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Freedom Housing allows us to enjoy the presence of family members and friends in our daily life.
We are comforted by the knowledge that we are not a burden on our loved ones. We know that they are free to come and go and to reach their own life potential. This is an important contributor to our sound mental health. It also contributes to the cohesion and happiness of our family.
Freedom Housing also facilitates our career development. We may move location from one Freedom Key home to another in order to pursue our career. This unleashes our economic and human potential. We feel better knowing that we are giving back.
Freedom Housing is able to cater to our disability care needs through every phase of our life:
  1. As children, we live with our parents in a Freedom Key house.
  2. When we reach adulthood we move into a Freedom Key apartment with housemates. They don't have to have disabilities.
  3. We meet a life partner.
  4. We move into a Freedom Key house with our partner.
  5. We have children.
  6. Our children grow up and move out of the home.
  7. We continue to receive care from the Freedom Key.
  8. We receive end-of-life care.
Even though we have a disability, with Freedom Housing we retain our authenticity as free agents, empowered to make choices and to see those choices carried out.
The opportunity to self-govern, to apply our creativity, to use our imagination, and to be authentic, is a precious element of living. 

We receive better care, and we are much happier in a Freedom Key home than we would be in a nursing home, or in a group accommodation home. Our friends and family members provide companionship and we are able to take part in family occasions: they can live with us, or sleep over on visits.

Nursing homes lack privacy. For that reason, our family and our friends may avoid visiting us there. Freedom Housing is private housing. We own the house, or we rent it. We call the shots.

Living with our loved ones or friends in Freedom Housing is therapeutic and comforting. This is what we prefer. Removing us from our families and friends may impact our physical and mental health.
The absence of family surveillance in a nursing home and in group accommodation homes places us in a potentially risky environment. We become vulnerable. We are less likely to suffer abuse or neglect in Freedom Housing.

Freedom Housing allows our family to function just like any other family. There is no build-up of resentment toward us. Our family’s prospects of functioning well, and staying together are improved. 

All family members are free to take employment and to develop careers to their full potential. None is tied to our care. By being free they are happier and more productive. They have the freedom to do what they want to do, and so do we, even though we have disabilities. 

Our Freedom Housing household may comprise our family, or it may be constituted by friends and housemates.
The important element is that there is a presence of familiar people - ones chosen by us - and the ability to live together with them in a supportive home setting.

Many carers and nurses do not enjoy working in nursing homes. They want to do more for the residents, but they often can't in that profit-driven environment.

The private domestic setting of personal care in our Freedom Housing home privileges effective and timely care, recreation, and safety, rather than speed, operational uniformity, and profit.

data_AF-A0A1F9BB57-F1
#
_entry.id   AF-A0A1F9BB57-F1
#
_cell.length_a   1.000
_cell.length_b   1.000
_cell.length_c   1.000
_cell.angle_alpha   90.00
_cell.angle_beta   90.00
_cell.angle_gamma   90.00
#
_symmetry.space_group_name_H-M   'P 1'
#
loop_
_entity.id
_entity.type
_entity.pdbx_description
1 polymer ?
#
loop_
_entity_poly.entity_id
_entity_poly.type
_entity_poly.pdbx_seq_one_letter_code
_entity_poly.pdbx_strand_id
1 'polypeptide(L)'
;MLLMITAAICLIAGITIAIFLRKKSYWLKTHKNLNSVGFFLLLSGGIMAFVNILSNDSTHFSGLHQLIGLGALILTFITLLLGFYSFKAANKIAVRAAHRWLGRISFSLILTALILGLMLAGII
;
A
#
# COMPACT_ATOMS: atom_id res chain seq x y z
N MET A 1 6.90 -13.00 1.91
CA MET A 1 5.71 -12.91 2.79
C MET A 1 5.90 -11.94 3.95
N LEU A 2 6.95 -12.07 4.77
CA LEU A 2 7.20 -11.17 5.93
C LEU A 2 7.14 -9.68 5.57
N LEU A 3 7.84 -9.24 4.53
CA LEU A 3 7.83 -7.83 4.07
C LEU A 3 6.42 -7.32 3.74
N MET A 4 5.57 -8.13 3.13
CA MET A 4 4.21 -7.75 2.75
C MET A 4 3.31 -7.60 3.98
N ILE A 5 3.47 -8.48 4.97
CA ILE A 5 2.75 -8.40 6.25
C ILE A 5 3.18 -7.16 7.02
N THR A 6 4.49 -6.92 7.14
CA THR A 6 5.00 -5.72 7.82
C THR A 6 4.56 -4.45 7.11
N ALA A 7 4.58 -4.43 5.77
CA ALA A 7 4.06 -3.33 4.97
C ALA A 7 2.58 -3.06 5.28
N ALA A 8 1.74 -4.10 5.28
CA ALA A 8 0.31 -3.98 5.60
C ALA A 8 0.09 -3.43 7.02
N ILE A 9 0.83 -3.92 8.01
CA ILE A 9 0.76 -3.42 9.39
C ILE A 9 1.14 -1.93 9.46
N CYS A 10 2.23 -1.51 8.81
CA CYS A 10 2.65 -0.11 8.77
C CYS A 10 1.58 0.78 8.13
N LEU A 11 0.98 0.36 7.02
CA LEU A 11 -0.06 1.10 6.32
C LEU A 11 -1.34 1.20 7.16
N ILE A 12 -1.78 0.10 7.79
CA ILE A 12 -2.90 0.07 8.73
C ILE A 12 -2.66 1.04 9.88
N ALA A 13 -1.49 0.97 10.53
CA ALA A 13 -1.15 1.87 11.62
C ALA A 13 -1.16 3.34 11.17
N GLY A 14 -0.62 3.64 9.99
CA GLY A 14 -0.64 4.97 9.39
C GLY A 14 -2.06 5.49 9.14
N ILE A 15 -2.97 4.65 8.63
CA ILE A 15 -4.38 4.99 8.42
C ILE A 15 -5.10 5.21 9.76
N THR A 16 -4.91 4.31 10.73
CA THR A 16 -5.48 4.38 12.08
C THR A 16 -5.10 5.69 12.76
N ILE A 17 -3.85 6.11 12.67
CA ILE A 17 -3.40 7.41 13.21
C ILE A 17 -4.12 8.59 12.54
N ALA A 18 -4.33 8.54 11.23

Freedom Housing promotes humane, supportive, and positive outcomes. We call the shots, and not the supervisor at the head office of a care provider organisation.

The working conditions for carers and nurses are very much improved in Freedom Housing. They work in a natural caring domestic environment: one that is constantly surveyed by those who love us. Our carers go shopping with us, attend functions, go to cafe's, and to other social activities. Job satisfaction and carer retention rates are high.

Freedom Housing 
has home carers, not just personal carers. Their duties extend beyond personal care. They undertake tasks around the house that we would have done ourselves if we did not have our disabilities.
Our home carers possess the following:
  1. High standard personal care skills
  2. Childminding skills
  3. Food handling and preparation skills
  4. Home duty skills
  5. Basic clerical skills
  6. Basic gardening skills
  7. Cultural awareness
  8. Motorcar driving skills
Our home carers do not wear uniforms. They blend in with our household and act just like a helpful member of our family. They will quietly and efficiently go about their important work in assisting us and the household generally.
Our home carers do not become the centre of attention. When we require  privacy, we ask the home carer to assist those in the adjoining Freedom Housing homes or to retreat to the Freedom Key to carry out necessary but non-urgent tasks.

The Key Committee may contract the services of doctors and specialists who are willing to provide home visits. 
Since personal carers, nurses, doctors, and specialists come to us, the health care skills are passed on to the members of our household. It's comforting to know that others around us know how to look after us.

Our family and our friends are able to closely monitor the quality of our care.

The Freedom Housing model has the capacity to eliminate the need for nursing homes, and other traditional models of care and accommodation. There is nothing that a nursing home can provide that Freedom Housing cannot. 
The switch to Freedom Housing has enormous efficiency impacts on government expenditure. Savings can be directed to Individual Support Packages and the funding of the National Disability Insurance Scheme  (NDIS).
Freedom Housing is a private housing development. It is financed privately and paid for with private funds. However, the parts of Freedom Housing which are built to serve our disability needs: the Freedom Key, and Key Room in the houses, may be eligible for SDA government funding.